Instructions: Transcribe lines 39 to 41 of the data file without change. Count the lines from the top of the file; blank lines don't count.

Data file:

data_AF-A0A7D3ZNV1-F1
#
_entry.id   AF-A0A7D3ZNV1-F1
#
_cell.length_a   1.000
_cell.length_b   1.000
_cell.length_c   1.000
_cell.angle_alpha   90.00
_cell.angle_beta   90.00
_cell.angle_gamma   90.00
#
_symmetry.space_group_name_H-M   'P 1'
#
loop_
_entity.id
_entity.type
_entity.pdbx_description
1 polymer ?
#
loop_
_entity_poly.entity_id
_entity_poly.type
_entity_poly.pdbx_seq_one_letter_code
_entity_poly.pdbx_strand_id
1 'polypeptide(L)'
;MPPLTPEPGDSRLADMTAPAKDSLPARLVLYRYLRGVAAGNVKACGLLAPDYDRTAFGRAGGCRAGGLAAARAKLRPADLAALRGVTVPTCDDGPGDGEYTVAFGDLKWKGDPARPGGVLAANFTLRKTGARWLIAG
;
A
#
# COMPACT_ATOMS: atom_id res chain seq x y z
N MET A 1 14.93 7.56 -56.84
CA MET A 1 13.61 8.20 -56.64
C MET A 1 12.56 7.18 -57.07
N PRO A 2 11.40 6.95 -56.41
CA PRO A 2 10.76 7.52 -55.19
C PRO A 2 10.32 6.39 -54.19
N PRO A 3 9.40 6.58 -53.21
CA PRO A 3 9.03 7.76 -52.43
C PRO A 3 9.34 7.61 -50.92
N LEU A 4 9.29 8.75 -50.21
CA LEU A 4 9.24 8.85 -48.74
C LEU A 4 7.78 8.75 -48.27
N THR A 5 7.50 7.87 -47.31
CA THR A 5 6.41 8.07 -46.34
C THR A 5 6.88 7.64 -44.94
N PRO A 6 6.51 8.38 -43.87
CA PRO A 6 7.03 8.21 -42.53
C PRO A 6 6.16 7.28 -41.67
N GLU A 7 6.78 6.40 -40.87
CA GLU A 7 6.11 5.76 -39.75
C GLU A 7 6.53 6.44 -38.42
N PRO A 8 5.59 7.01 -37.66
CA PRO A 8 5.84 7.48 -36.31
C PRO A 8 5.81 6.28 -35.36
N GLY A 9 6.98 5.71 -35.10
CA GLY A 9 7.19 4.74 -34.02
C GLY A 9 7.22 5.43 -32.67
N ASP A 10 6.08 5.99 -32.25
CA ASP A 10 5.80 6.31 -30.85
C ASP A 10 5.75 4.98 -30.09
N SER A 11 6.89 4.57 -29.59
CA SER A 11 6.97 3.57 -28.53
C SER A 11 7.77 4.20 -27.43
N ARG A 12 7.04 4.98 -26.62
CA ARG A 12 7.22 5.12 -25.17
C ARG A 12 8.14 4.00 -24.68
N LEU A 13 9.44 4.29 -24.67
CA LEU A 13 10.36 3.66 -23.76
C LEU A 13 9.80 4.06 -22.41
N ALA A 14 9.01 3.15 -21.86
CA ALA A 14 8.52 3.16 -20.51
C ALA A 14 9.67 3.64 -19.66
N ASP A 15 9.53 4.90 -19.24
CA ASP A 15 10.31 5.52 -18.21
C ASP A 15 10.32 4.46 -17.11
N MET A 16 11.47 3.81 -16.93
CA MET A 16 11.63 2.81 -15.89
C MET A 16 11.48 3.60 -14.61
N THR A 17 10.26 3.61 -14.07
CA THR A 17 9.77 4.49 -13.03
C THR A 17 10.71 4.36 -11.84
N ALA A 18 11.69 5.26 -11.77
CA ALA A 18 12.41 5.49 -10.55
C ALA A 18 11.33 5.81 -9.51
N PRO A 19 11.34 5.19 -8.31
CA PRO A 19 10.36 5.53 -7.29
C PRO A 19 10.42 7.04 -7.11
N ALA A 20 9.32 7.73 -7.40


C PRO A 3 9.34 7.61 -50.92
N LEU A 4 9.29 8.75 -50.21
CA LEU A 4 9.24 8.85 -48.74